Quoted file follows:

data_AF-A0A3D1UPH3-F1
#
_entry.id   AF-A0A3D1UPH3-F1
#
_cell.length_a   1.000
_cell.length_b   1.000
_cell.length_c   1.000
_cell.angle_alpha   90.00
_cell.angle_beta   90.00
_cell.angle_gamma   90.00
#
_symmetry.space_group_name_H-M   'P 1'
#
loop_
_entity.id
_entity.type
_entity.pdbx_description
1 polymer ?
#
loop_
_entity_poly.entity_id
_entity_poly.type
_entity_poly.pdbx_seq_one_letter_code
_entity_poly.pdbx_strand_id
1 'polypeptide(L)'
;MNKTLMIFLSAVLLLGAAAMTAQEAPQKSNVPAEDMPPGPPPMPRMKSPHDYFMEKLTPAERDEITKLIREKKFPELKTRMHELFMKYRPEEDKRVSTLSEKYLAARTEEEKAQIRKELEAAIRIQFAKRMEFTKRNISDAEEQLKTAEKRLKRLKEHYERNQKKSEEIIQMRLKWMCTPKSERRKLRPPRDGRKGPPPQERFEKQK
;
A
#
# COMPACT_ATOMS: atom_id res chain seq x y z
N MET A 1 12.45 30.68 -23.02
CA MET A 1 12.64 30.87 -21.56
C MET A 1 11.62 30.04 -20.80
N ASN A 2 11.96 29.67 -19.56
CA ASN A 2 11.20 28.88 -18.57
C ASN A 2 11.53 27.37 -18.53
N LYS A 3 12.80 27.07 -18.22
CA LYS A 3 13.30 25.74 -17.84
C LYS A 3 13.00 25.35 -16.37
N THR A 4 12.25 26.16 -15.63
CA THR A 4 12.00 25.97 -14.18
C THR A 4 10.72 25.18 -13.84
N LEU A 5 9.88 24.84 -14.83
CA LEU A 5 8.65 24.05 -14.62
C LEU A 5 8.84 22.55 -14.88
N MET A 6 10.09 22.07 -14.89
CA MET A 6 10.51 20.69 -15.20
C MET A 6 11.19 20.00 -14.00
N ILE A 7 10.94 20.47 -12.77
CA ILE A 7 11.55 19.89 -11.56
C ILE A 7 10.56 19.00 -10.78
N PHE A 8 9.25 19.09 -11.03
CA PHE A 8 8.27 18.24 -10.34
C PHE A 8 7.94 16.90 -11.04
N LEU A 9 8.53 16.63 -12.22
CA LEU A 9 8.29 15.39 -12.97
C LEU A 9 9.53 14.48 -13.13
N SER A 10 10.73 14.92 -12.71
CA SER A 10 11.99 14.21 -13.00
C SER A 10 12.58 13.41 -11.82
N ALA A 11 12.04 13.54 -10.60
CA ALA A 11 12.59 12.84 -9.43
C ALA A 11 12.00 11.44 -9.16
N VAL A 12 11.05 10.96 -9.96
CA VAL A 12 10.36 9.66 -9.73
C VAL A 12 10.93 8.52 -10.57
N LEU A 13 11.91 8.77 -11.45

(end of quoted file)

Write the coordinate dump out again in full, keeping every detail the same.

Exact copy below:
data_AF-A0A3D1UPH3-F1
#
_entry.id   AF-A0A3D1UPH3-F1
#
_cell.length_a   1.000
_cell.length_b   1.000
_cell.length_c   1.000
_cell.angle_alpha   90.00
_cell.angle_beta   90.00
_cell.angle_gamma   90.00
#
_symmetry.space_group_name_H-M   'P 1'
#
loop_
_entity.id
_entity.type
_entity.pdbx_description
1 polymer ?
#
loop_
_entity_poly.entity_id
_entity_poly.type
_entity_poly.pdbx_seq_one_letter_code
_entity_poly.pdbx_strand_id
1 'polypeptide(L)'
;MNKTLMIFLSAVLLLGAAAMTAQEAPQKSNVPAEDMPPGPPPMPRMKSPHDYFMEKLTPAERDEITKLIREKKFPELKTRMHELFMKYRPEEDKRVSTLSEKYLAARTEEEKAQIRKELEAAIRIQFAKRMEFTKRNISDAEEQLKTAEKRLKRLKEHYERNQKKSEEIIQMRLKWMCTPKSERRKLRPPRDGRKGPPPQERFEKQK
;
A
#
# COMPACT_ATOMS: atom_id res chain seq x y z
N MET A 1 12.45 30.68 -23.02
CA MET A 1 12.64 30.87 -21.56
C MET A 1 11.62 30.04 -20.80
N ASN A 2 11.96 29.67 -19.56
CA ASN A 2 11.20 28.88 -18.57
C ASN A 2 11.53 27.37 -18.53
N LYS A 3 12.80 27.07 -18.22
CA LYS A 3 13.30 25.74 -17.84
C LYS A 3 13.00 25.35 -16.37
N THR A 4 12.25 26.16 -15.63
CA THR A 4 12.00 25.97 -14.18
C THR A 4 10.72 25.18 -13.84
N LEU A 5 9.88 24.84 -14.83
CA LEU A 5 8.65 24.05 -14.62
C LEU A 5 8.84 22.55 -14.88
N MET A 6 10.09 22.07 -14.89
CA MET A 6 10.51 20.69 -15.20
C MET A 6 11.19 20.00 -14.00
N ILE A 7 10.94 20.47 -12.77
CA ILE A 7 11.55 19.89 -11.56
C ILE A 7 10.56 19.00 -10.78
N PHE A 8 9.25 19.09 -11.03
CA PHE A 8 8.27 18.24 -10.34
C PHE A 8 7.94 16.90 -11.04
N LEU A 9 8.53 16.63 -12.22
CA LEU A 9 8.29 15.39 -12.97
C LEU A 9 9.53 14.48 -13.13
N SER A 10 10.73 14.92 -12.71
CA SER A 10 11.99 14.21 -13.00
C SER A 10 12.58 13.41 -11.82
N ALA A 11 12.04 13.54 -10.60
CA ALA A 11 12.59 12.84 -9.43
C ALA A 11 12.00 11.44 -9.16
N VAL A 12 11.05 10.96 -9.96
CA VAL A 12 10.36 9.66 -9.73
C VAL A 12 10.93 8.52 -10.57
N LEU A 13 11.91 8.77 -11.45